Concurrency of Causes and The Cendor MOPU

AuthorRoberto Barriga
SSLR Concurrency of causes and The Cendor MOPU Vol 1(2)
Concurrency of Causes and The Cendor MOPU
Roberto Barriga
he scope of the defence of inherent vice was strictly delimited in the
Supreme Court’s judgment in The Cendor MOPU [2011] UKSC 5,
handed down on 1 February 2011. The Court held that the test for
inherent vice is whether the loss was proximately caused by something solely
attributable to an element within the subject matter insured and not by an
external event.
Dealing with the issue of proximate causation, the Court explained the
difficult divergence between perils of the seas and inherent vice, broadening
the scope of the former and limiting that of the latter, and finding against the
possibility of concurrency between them.
By doing this, the Supreme Court has cleared a highly uncertain issue and has
settled the law in a controversial aspect of the law. The explanation given by
the Court on causation issues in situations where perils of the sea and inherent
vice appear to be rival causes of the loss should help avoid some liability
Factual Background
The Cendor MOPU was an oil rig laid up in Texas that was purchased in May
2005 by the assured for conversion into a mobile offshore production unit for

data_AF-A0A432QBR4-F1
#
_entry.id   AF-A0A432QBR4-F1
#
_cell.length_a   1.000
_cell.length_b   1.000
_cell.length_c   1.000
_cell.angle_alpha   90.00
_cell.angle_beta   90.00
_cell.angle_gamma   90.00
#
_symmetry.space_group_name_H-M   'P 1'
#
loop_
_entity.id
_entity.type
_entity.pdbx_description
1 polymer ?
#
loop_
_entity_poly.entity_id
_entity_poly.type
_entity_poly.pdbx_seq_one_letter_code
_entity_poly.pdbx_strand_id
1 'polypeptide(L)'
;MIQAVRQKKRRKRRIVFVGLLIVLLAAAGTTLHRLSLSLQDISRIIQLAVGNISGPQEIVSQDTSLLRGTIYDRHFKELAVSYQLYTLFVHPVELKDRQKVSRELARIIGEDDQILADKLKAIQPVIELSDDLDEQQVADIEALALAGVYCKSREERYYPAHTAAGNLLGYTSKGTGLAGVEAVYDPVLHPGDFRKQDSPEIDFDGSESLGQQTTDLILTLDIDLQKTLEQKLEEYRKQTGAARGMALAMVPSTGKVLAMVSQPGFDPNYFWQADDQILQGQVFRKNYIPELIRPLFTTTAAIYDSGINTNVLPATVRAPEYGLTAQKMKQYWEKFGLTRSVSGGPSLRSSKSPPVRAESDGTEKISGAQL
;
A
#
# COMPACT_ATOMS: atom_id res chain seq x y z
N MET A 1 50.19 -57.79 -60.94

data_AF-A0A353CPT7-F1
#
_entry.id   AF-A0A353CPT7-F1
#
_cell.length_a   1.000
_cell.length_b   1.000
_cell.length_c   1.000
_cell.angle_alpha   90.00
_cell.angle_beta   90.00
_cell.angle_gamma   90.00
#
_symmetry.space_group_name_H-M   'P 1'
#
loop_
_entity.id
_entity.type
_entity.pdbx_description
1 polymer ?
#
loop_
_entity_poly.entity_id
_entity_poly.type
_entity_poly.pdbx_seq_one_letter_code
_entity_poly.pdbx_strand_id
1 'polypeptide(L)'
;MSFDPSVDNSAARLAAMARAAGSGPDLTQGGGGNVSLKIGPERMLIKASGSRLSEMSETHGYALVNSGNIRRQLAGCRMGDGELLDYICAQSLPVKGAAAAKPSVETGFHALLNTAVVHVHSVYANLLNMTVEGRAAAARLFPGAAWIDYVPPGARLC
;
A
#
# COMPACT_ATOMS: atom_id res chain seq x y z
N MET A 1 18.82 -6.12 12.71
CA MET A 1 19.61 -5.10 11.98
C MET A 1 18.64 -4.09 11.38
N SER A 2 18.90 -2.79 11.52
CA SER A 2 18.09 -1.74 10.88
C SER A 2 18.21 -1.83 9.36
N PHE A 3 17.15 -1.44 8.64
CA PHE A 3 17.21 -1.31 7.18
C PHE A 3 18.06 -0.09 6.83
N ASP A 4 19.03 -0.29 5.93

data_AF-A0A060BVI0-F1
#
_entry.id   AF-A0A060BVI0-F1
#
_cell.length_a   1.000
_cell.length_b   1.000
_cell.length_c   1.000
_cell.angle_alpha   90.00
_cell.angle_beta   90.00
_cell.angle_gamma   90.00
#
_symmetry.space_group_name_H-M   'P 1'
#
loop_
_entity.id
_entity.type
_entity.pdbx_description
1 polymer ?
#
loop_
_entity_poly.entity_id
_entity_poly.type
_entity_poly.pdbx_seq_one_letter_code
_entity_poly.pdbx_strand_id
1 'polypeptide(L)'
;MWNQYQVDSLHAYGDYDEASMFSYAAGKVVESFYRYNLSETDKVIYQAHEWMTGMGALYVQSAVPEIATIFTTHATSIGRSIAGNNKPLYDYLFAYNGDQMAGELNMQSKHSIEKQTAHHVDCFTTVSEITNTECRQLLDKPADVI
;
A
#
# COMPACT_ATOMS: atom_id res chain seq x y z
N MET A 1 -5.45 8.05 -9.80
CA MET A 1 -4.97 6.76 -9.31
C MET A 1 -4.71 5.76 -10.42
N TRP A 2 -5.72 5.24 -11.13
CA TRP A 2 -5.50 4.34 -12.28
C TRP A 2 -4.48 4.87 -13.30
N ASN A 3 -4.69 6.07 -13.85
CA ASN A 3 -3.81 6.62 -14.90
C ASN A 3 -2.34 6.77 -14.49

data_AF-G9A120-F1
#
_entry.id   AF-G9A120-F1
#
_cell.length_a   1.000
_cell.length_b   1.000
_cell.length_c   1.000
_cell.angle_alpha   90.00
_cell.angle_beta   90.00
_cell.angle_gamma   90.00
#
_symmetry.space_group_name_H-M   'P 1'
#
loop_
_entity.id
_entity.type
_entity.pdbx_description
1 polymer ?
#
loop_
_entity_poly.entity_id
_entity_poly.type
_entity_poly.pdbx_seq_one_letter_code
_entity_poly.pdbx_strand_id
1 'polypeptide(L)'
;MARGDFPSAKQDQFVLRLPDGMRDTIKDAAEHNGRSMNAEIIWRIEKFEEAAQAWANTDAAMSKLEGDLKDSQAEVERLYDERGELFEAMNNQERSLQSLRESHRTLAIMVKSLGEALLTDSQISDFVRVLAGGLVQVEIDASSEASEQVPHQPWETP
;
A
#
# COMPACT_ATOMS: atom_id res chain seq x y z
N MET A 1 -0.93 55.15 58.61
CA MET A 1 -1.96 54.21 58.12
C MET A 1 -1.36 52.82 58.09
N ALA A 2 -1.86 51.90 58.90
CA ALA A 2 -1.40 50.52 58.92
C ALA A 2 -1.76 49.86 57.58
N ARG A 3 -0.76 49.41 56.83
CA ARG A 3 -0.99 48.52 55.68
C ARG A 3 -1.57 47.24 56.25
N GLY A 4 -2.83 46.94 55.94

use in Malaysia. The rig was what is called a ‘self elevating mat supported
jack-up rig’ that consisted of a working platform, which could be moved up
and down three legs extending to the seabed. The legs were tubular, welded
steel, cylindrically shaped with a length of 312 feet and a weight of 404 tons.
The rig was to be dry towed to Malaysia, and was insured for that purpose
under a policy on cargo dated 5 July 2005 incorporating the Institute Cargo
Clauses (A) of 1982, thus covering “all risks of loss or damage to the subject-
matter insured except as provided in Clauses 4, 5, 6 and 7…”.1 Clause 4.4
expressly excluded “loss, damage or expense caused by inherent vice or nature
of the subject matter insured”.
The rig was towed with the three legs extending into the air. Because towing
the rig in this way exposed it to a risk of fatigue cracks during the voyage, the
assured arranged for inspection of the legs at Texas and the insurers required
as a condition of the policy that appointed surveyors approve the
arrangements for the tow. The surveyors issued a Certificate of Approval
where it was required that the legs were re-inspected when reaching Cape
1 ICC (A) cl 1

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